One of the most remarkable elements of Yom Kippur in ancient times, when the Holy Temple stood in Jerusalem, was the ritual of “the Two Goats.”
Two indistinguishable members of that species were brought before the High Priest, who placed a randomly-pulled lot on the head of each animal. One lot read “to G-d” and the other “to Azazel” – the name of a steep cliff in a barren desert.
As the Torah prescribes, the first goat was solemnly sacrificed in the Temple, attention given to every detail of the offering; the second was taken to the cliff and thrown off, dying unceremoniously before even reaching the bottom.
Some moderns might find the fates of both goats troubling, but there are depths to Jewish rituals of which they don’t dream.
I lay no claim to conversance with those truly deep meanings. But pondering the “two goats” ritual before Yom Kippur (and anticipating its recollection during the day’s prayer-service), a thought occurs, and it may bear particular import for our times.
There are two ways to view human life, as mutually exclusive as they are fundamental. Our existence is either a result of intent, or of accident. And a corollary follows directly: Either our lives are meaningful, or they are not.
If the roots of our existence ultimately lie in pure randomness, there can be no more meaning to good and bad actions than to good or bad movies; no more import to right and wrong than to right and left. Human beings remain but evolved animals, their Mother Theresas and Adolf Hitlers alike. To be sure, we might conceive a rationale for establishing societal norms, but a social contract is only a practical tool, not a moral imperative; it is, in the end, artificial. Only if there is a Creator in the larger picture can there be ultimate import to human life, placing it on a plane meaningfully above that of mosquitoes.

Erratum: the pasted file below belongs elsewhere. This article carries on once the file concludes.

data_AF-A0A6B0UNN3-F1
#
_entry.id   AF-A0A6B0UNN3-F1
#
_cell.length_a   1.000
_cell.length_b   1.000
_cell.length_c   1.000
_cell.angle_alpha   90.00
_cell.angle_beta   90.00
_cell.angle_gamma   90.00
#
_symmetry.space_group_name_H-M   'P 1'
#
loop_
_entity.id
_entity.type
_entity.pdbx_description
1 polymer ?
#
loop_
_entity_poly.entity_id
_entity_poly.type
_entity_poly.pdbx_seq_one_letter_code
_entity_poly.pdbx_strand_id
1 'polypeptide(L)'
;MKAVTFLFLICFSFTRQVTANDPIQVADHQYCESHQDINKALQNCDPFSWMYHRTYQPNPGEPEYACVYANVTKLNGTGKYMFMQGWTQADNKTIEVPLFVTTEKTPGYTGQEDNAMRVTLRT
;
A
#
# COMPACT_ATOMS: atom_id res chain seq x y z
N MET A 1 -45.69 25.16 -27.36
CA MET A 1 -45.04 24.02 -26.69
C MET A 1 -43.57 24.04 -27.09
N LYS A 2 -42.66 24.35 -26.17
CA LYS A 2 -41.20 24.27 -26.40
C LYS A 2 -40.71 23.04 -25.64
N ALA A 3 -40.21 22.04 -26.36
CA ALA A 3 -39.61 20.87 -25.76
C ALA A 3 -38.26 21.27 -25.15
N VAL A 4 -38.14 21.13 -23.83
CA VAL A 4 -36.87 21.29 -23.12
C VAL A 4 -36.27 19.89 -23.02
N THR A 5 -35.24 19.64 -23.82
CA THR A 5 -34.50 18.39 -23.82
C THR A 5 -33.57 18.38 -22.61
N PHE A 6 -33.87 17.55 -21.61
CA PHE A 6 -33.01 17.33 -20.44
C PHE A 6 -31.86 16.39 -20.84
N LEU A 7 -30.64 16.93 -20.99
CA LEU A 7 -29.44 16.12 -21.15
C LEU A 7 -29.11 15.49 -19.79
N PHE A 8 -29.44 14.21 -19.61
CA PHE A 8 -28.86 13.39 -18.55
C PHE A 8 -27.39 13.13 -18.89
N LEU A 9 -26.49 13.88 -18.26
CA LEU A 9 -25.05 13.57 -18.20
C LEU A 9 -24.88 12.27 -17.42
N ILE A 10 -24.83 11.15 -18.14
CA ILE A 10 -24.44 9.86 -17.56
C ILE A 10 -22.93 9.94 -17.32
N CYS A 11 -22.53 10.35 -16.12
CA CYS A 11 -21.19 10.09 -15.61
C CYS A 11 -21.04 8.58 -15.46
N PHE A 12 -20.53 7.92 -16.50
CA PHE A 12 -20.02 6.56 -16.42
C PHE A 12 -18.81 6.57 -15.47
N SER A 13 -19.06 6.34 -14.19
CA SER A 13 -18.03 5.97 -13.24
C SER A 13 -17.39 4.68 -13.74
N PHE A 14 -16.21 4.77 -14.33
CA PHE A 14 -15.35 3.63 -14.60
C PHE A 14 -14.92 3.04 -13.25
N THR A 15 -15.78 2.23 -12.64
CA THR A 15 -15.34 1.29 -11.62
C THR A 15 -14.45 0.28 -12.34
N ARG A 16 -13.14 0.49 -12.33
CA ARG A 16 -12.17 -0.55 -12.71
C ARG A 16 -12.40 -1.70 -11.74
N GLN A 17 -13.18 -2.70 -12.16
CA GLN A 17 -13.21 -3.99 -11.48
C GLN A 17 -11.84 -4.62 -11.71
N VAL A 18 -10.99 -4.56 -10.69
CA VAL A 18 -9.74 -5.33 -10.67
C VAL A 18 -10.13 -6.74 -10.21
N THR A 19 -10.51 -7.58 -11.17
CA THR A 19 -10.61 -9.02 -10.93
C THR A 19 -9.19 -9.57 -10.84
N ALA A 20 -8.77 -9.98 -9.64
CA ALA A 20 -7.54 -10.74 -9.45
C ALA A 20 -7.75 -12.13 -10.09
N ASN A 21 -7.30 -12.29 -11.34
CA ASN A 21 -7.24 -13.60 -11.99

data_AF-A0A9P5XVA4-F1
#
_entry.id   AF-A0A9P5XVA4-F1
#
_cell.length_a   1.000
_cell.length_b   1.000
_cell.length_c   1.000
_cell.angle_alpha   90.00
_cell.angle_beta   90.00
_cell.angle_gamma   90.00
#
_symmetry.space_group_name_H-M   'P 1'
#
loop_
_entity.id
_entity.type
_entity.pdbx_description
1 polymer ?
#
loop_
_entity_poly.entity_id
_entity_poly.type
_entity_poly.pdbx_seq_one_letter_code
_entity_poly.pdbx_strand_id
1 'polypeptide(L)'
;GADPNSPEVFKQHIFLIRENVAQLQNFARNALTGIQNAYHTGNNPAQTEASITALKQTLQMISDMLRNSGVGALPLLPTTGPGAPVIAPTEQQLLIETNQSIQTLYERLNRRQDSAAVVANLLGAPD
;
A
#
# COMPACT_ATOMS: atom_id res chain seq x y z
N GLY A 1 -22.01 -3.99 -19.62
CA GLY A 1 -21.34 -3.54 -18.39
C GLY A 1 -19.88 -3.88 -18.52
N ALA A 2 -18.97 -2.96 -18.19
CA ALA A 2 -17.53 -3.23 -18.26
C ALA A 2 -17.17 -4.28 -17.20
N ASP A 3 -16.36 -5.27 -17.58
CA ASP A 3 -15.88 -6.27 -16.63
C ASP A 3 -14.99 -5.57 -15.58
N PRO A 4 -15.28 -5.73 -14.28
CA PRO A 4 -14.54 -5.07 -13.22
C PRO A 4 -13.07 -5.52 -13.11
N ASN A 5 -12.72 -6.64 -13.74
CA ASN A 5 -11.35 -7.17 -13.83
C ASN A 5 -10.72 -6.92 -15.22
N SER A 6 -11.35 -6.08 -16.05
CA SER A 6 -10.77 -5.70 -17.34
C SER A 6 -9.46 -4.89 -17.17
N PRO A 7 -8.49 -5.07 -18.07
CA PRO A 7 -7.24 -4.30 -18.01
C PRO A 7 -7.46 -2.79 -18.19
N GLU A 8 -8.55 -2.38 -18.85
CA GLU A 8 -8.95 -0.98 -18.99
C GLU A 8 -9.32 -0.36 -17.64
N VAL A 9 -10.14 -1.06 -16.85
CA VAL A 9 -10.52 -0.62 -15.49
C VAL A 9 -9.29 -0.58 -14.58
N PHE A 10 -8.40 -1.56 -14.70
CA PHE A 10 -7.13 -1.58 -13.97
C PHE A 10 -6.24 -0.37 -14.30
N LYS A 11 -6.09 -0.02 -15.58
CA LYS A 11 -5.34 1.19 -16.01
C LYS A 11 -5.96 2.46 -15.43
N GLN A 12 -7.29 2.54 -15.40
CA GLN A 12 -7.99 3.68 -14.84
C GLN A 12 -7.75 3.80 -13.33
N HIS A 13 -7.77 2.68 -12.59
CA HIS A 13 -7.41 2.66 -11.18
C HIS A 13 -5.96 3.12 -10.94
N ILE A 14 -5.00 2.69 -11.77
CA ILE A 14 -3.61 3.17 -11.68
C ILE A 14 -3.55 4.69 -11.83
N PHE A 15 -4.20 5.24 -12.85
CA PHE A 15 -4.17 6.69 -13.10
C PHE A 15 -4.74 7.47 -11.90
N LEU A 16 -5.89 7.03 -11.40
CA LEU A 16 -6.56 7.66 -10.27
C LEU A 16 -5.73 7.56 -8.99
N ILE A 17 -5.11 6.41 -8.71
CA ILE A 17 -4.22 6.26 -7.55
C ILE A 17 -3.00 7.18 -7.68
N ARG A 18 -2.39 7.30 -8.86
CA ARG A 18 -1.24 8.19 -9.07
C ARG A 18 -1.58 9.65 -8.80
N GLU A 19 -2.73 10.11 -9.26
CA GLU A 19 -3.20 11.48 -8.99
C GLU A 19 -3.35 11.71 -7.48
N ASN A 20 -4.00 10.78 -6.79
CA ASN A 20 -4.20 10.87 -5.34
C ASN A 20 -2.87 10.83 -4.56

The Torah, of course, is based on the foundation – and in fact begins with an account – of a Divinely directed creation; and its most basic message is the meaningfulness of human life. Most of us harbor a similar, innate conviction.
Yet some resist that innate feeling, and adopt the perspective that what we can perceive with our physical senses is all that there is in the end. The apparent randomness of nature, in that approach, leaves no place for Divinity. It is not a difficult position to maintain; the Creator may be well evident to those of us primed to perceive Him, but He has not left clear fingerprints on His Creation.
Might those two diametric worldviews be somehow reflected in the Yom Kippur ritual?
The goat that becomes a sacrifice on the Temple altar might symbolize recognition of the idea that humans are beholden to something greater. And the counter-goat, which finds its fate in a desolate, unholy place, would then allude to the perspective of life as pointless, lacking higher purpose or meaning.
It’s not an unthinkable speculation, especially in light of how the Azazel-goat seems to be described by the Torah – so strangely – as carrying away the sins of the people.
The traditional Jewish commentaries all wonder at that concept. Some, including Maimonides, interpret it to mean that the people will be spurred by the dispatching of the Azazel-goat to repent.
If, indeed, the Azazel-goat alludes to the mindset of meaninglessness, we might approach an understanding of the inspiration born of its dispatching. The animal’s being “laden with the sins” of the people might refer to the recognition that sin stems from insufficient recognition of how meaningful in fact are our lives. The Talmudic rabbi Resh Lakish in fact said as much when he observed [Sotah 3a] that “A person does not sin unless a spirit of madness enters him.”
And so the sending off of the Azazel-goat could be seen as an acknowledgement of the idea that sin’s roots lie in the madness born of our self-doubt. And those who witnessed its dispatchment might well have been spurred by that thought to then turn and consider the other goat, the one sacrificed in dedication to G-d. So stirred on the holiest day of the Jewish year, they might then have been able to better commit themselves to re-embracing the grand meaningfulness that is a human life.
We may lack the Two Goats ritual today, but we can certainly try all the same to absorb that eternally timely thought.
© 2010 Rabbi Avi Shafran